Pitch Black was a low budget sci-fi film starring unknown actors with a director, David Twohy, looking to grow his reputation.
It came out of nowhere, made a lukewarm splash at the box office, and could well have faded into obscurity very easily.
The fact that it didn’t is down to a few basic truths: it looks cool, and the character of Riddick is fascinating.
Taking obvious cues from Alien, Pitch Black is the story of a spacecraft crash landing on a uniquely desolate and hostile desert planet. Think Tatooine, with an extra sun and no sand people.
Among the survivors of the crash are the docking pilot Fry (Radha Mitchell), lawman Johns (Cole Hauser), Imam (Keith David) and a young boy called Jack.
Of course, the main character is Riddick himself – a captured killer being transported to prison before the crash happens, in a career-defining performance by Vin Diesel.
Pitch Black is 20 years old today and for a film that had a budget of only $23 million, it holds up surprisingly well. That’s largely due to the focus on character-driven action, and the striking cinematography.
There’s an unrivalled energy to every element of this film, matched by the washed-out visual style that adds unexpected beauty and invention.
It’s the cinematic style that elevates this film. There’s a wild and untamed sense to it, and the filming process was specifically created by the film’s cinematographer (David Eggby) to get that unique bleached look. It doesn’t half make you feel thirsty though.
The colour motifs don’t just look good, they also serve as a clue to the power struggles within the film, with each colour representing which of the characters currently holds it (blue is Fry’s colour, Green is John’s colour, and pitch-black is the colour of the monsters, including Riddick himself).
Even the sound hits hard, with the score by Graeme Revell adding to the rhythm of the narrative.
The aliens also look cool, even if they are a bit similar to the HR Giger Alien. Bu the other similarity to Alien is the best one – keeping the monsters hidden.
Unfortunately, the marketing for the film made a rather grandiose claim describing Pitch Black as ‘the best creature feature since Alien‘, and that didn’t seems to convince audiences to go see it (rightly so… don’t compare your film to Alien).
At the time of release though it did have positive reviews, with critics praising the artful visuals in particular, as well as Diesel’s performance.
Obviously, the enigmatic Riddick (Diesel) is the star of the show, but Mitchell is also excellent as Fry, the docking pilot struggling with morality issues and bad choices.
The Australian actress gets to play with some great character development, and it’s no surprise that she was later seen in other cracking films like Man On Fire, Silent Hill, and The Crazies.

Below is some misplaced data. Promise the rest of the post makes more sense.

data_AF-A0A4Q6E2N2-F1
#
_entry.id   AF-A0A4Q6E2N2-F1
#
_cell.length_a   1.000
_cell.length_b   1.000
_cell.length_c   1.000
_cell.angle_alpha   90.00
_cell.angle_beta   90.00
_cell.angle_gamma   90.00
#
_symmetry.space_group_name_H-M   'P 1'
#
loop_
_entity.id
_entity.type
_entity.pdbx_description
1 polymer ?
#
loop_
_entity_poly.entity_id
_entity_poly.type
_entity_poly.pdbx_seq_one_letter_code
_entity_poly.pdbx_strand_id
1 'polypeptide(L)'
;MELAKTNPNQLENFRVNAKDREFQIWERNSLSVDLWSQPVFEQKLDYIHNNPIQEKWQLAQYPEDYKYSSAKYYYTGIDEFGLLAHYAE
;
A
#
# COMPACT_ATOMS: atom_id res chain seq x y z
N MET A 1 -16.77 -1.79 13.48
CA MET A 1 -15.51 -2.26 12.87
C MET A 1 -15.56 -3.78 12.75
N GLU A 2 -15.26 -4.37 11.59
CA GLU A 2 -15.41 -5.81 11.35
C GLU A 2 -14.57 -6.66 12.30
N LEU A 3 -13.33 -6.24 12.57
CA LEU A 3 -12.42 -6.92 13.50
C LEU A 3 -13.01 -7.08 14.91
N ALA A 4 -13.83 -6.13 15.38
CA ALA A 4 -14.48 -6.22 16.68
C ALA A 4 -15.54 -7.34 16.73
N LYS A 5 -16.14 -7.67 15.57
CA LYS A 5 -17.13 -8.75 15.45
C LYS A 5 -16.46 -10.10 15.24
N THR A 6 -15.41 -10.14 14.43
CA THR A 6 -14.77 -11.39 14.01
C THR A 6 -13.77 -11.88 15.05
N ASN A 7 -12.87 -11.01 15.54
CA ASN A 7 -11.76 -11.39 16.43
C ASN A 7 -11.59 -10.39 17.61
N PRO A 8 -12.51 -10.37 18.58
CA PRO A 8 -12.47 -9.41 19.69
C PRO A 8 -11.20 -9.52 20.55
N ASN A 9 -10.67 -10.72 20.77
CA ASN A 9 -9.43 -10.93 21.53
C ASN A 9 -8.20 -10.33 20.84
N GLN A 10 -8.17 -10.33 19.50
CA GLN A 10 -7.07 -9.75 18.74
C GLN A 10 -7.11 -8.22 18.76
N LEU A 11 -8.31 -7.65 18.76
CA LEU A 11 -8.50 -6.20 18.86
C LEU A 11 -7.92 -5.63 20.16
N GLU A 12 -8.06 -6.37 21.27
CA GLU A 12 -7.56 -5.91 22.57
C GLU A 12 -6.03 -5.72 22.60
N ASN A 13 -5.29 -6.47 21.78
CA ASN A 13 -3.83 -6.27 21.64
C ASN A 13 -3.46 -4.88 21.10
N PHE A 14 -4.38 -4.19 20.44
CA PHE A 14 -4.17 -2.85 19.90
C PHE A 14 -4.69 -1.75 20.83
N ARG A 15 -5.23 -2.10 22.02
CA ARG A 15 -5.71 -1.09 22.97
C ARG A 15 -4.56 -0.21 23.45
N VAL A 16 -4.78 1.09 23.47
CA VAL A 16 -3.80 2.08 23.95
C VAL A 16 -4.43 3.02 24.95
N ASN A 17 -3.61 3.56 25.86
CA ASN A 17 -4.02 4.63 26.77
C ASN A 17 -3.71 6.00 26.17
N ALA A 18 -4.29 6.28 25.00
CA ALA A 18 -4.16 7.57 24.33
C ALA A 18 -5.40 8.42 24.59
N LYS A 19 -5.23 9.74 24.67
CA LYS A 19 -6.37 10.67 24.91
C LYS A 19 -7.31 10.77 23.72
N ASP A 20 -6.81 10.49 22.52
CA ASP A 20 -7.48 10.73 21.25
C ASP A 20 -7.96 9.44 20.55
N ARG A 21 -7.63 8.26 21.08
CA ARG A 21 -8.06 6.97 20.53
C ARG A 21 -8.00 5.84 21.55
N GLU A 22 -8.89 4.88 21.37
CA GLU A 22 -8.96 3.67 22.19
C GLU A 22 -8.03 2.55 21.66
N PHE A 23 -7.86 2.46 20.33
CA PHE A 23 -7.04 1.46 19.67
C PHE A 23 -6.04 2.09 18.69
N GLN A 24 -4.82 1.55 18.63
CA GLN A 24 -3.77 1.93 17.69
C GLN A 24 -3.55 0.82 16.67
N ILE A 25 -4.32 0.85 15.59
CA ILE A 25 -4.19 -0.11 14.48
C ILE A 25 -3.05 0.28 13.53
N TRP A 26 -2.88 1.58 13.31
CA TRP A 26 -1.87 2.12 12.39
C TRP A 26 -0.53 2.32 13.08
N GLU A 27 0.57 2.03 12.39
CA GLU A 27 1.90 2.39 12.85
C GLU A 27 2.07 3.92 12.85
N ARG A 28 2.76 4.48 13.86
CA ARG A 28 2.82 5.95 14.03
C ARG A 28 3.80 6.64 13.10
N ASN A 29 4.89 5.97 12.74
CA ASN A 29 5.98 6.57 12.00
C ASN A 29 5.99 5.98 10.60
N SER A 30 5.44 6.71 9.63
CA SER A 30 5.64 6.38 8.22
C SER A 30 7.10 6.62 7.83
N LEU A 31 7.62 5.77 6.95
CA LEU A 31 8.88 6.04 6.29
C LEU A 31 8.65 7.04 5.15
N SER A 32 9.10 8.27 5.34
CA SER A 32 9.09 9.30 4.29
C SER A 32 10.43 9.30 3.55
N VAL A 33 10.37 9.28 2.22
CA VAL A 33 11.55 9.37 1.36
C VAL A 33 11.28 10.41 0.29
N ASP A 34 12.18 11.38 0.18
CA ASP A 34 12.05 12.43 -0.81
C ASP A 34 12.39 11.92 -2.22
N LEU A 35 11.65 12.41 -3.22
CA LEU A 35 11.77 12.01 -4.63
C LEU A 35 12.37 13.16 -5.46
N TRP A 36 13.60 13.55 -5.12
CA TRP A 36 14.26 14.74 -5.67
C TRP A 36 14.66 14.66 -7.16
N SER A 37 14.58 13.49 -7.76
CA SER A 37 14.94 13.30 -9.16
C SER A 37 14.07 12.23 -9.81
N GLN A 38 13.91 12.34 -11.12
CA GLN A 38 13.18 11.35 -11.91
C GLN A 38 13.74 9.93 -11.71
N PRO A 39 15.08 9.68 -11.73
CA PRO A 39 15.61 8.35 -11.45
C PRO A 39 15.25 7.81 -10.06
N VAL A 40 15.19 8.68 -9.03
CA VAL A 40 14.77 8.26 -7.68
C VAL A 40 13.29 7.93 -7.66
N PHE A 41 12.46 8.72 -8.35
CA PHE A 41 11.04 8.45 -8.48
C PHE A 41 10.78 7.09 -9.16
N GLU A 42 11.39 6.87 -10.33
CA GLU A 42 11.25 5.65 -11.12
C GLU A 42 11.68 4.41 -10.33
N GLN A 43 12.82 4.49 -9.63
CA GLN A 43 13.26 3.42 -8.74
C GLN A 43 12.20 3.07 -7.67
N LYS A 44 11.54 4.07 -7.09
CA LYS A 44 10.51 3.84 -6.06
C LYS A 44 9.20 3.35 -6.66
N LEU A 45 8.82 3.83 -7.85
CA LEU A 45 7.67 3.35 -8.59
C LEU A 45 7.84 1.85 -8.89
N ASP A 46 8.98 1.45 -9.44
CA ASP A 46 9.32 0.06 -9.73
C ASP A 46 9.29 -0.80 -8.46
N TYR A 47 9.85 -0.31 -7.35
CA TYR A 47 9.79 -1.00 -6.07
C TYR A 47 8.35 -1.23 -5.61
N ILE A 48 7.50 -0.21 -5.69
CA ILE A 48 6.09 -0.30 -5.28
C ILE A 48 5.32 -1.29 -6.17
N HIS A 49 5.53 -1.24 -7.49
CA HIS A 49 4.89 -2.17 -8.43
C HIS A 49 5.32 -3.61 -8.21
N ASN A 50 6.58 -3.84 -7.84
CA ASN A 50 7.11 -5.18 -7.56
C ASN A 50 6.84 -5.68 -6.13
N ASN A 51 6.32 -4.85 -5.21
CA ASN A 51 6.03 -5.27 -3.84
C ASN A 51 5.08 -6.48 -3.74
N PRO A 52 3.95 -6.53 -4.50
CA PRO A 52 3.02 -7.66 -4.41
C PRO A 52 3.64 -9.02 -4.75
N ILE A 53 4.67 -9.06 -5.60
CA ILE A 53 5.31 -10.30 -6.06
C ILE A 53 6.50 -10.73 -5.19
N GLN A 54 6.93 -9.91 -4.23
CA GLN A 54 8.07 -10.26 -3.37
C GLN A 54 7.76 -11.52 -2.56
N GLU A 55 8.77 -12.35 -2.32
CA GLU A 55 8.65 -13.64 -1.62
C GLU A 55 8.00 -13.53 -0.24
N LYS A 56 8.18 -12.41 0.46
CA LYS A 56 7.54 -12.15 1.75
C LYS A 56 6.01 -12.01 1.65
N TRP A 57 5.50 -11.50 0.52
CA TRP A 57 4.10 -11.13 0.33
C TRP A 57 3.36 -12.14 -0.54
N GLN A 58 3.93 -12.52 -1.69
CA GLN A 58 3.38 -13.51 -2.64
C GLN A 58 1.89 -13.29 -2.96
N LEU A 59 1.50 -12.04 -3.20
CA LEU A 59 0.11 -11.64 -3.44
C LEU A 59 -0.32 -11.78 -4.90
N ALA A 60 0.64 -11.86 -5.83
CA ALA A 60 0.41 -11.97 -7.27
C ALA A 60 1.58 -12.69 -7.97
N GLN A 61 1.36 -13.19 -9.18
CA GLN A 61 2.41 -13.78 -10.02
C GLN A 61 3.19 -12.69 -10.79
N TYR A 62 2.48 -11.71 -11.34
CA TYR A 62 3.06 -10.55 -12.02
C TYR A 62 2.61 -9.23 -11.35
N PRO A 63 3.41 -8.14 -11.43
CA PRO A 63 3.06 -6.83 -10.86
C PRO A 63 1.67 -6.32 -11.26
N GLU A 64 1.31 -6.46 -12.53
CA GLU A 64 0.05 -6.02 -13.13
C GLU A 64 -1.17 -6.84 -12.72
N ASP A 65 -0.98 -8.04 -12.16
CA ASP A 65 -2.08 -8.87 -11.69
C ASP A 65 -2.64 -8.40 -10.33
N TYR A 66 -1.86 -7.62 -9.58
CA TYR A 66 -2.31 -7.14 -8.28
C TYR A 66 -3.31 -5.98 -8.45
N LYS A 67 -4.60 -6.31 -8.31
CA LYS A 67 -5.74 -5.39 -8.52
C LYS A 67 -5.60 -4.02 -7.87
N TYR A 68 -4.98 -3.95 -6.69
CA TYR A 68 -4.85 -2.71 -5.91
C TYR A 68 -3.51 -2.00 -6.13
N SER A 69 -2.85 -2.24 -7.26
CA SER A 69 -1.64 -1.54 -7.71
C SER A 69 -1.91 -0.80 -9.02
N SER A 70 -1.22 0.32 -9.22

It’s Diesel’s performance as Riddick that makes the film, and it is strange to think Steven Seagal was the original choice for the vision-enhanced serial killer.
In the first half, the menacing presence of Riddick is the main focus of fear. As the alien threat emerges, Riddick transforms from villain to anti-hero, all while deadpanning some of the cheesiest one-liners in the history of cinema.
Diesel would go onto produce, fight for, and eventually fund further instalments, even turning down a return to the sequel of Fast And Furious to instead be the lead in The Chronicles Of Riddick with Judi Dench and Karl Urban.
Pitch Black is a film that feels almost anti-Hollywood. It takes the established norms and cliches of an alien threat movie, and injects fresh viewpoints.
The characters aren’t all blue-collar workers as in Alien, or hardened space marines. They each have clearly defined and quickly established personalities, and that adds a real sense of shock when they get eaten one by one.
The entire film is based not just around the aliens or Riddick, but looks closely at the concepts of self-sacrifice, and how courage changes from person to person.
There’s also the notion of working together to overcome challenges, and to gain redemption for past moral failings.
Frustratingly, as much as Riddick grows as a character in the movie, that growth doesn’t really go anywhere for the sequels.
However, Pitch Black is a great film featuring a moral tale that comes with a punch. The best monsters bring out the monsters in all of us, and the film serves that up in a way that is highly entertaining and fast paced.
It might not be the most original story, but it tells it well. Pitch Black is a cult B-movie that stands out, and they did a remarkable job, especially with such a limited budget.